Human connection is as fundamental to us as access to food, water and physical safety.
A number of years ago Neuroscientist Matthew Lieberman gave a presentation at UCLA, and completely captivated his audience with his provocative statement:
“Your brain knows no difference between a broken leg and a broken heart!”
No matter what language you speak, we use ‘pain’ vocabulary to express the experience of losing connection with others. ‘Hurt feelings’ and ‘heartache’ are among many descriptions that highlight the pain of relationship breakdown.
We are wired to connect
Our brain’s ancient wiring triggers our pain and threat circuitry in response to any threats or changes to our sense of belonging and connection. This is because thousands of years ago, being isolated from our tribe posed a real danger to our life.
The current pandemic has revealed for all of us the negative impact of prolonged social and emotional isolation on our health, happiness, and daily effectiveness. Many of us find it harder to feel engaged in our work and in our lives, because what we need and crave as social beings, has been largely removed.
Benefits of connection
There are many reasons to enhance our feelings of love and connection with others, including:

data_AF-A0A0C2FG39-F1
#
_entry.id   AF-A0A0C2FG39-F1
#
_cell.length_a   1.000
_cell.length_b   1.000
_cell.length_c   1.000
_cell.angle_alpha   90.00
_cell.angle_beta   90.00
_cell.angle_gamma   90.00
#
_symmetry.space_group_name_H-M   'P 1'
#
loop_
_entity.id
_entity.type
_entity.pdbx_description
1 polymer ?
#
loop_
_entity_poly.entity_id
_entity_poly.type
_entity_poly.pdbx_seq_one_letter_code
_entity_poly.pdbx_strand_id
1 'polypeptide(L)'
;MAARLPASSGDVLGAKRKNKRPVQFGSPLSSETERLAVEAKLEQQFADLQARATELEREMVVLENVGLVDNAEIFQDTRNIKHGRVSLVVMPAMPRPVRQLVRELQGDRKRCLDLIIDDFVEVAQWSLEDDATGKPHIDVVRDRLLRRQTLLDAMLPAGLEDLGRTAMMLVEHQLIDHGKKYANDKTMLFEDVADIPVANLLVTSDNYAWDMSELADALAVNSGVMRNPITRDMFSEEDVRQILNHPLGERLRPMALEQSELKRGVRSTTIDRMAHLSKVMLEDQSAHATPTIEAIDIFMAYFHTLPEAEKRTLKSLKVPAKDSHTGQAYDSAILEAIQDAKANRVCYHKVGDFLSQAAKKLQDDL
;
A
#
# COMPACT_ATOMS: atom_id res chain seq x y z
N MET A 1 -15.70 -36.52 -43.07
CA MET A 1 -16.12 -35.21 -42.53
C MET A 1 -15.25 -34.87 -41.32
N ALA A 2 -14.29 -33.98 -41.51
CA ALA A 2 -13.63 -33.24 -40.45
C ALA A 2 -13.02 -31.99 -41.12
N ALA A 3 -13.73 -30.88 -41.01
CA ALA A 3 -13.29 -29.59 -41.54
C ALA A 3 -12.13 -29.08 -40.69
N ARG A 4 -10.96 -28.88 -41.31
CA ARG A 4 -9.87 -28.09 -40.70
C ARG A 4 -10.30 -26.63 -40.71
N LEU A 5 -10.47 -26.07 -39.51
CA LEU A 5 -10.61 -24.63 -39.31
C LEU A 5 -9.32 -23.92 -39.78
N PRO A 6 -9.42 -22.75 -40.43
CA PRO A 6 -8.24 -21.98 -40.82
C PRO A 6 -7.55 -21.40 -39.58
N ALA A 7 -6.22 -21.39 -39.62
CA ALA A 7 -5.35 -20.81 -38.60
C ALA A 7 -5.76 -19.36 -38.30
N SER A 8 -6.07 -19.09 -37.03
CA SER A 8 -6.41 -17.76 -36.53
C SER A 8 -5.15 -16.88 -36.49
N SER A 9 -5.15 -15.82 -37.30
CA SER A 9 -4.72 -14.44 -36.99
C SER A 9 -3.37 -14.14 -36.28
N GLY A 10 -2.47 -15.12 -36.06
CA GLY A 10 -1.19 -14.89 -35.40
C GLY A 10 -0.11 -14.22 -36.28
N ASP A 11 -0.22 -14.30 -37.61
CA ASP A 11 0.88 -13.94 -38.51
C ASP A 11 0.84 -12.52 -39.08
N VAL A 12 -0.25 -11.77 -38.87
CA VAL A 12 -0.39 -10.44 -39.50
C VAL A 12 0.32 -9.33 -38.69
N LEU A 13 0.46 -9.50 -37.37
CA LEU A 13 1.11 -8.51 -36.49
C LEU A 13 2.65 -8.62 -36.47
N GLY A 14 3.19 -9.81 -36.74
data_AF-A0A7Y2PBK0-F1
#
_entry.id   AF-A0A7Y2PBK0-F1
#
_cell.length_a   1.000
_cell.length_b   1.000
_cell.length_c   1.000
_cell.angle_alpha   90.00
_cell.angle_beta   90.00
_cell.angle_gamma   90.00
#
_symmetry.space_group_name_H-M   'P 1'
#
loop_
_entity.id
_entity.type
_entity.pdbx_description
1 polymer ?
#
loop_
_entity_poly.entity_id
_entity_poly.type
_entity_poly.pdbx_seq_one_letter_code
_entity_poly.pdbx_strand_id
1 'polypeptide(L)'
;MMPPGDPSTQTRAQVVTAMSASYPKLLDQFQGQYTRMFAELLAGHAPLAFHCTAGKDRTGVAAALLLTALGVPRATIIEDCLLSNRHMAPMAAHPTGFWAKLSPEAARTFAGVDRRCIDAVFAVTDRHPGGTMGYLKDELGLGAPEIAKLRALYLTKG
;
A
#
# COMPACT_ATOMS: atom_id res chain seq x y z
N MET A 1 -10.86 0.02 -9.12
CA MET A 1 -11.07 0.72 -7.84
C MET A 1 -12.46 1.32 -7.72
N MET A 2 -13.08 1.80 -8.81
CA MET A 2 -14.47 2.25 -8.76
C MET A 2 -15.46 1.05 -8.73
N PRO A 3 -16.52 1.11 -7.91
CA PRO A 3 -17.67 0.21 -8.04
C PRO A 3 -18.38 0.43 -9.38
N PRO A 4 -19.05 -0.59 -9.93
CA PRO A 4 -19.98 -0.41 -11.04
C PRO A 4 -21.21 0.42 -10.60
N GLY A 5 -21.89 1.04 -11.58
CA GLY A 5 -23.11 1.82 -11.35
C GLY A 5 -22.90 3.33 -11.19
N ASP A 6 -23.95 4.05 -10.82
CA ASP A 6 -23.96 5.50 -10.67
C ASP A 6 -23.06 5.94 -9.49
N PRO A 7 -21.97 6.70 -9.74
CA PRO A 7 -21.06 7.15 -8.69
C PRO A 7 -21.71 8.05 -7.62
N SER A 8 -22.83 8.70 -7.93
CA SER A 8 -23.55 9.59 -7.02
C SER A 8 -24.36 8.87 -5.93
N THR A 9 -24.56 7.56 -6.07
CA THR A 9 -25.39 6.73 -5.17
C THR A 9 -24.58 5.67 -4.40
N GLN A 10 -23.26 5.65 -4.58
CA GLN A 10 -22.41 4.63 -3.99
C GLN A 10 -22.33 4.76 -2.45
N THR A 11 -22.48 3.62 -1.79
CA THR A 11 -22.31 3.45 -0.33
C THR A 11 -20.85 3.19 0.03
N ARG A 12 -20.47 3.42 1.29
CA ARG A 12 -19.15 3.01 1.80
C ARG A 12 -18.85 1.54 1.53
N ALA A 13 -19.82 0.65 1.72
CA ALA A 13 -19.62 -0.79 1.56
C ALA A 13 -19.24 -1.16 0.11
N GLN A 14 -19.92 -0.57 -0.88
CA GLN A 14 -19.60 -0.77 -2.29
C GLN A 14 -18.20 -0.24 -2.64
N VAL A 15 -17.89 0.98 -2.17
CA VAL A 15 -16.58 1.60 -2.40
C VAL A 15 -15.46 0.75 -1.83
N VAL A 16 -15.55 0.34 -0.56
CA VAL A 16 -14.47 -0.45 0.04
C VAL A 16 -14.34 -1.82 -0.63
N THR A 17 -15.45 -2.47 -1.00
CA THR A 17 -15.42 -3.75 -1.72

- Our dopamine levels will spike so we learn, focus, and interact more effectively
- It activates our brain’s pleasure circuitry, just as illicit drugs, sex, and eating our favourite food does!
- We feel more engaged in our work. And when we love what we do, we do it better!
- We get a boost in oxytocin, the bonding hormone. This drives up our sense of belonging, trust, and loyalty and can even strengthen our cardiovascular system.
5 ways to boost love and connection
What can we do, in this week of Valentine’s and roses when many of us are either completely alone or spending every single day with a ‘loved one’? Here are 5 simple researched-based ways to boost your oxytocin levels and feel more connection and love:
- Hold a virtual dinner/coffee/lunch meeting – on zoom, if not possible in person.
- Listen to music or singing, either alone or with others.
- Get and/or give a massage. Studies show that the benefits extend to the giver as well as the receiver, while also lowering stress and pain.*
- Let someone know that you care about and appreciate them.
- Pet your animals! Research shows both animals and owners benefit from physical contact.**
* Front. Psychol., 12 January 2015 https://doi.org/10.3389/fpsyg.2014.01529
** Front. Psychol., 12 January 2015 https://doi.org/10.3389/fpsyg.2014.01529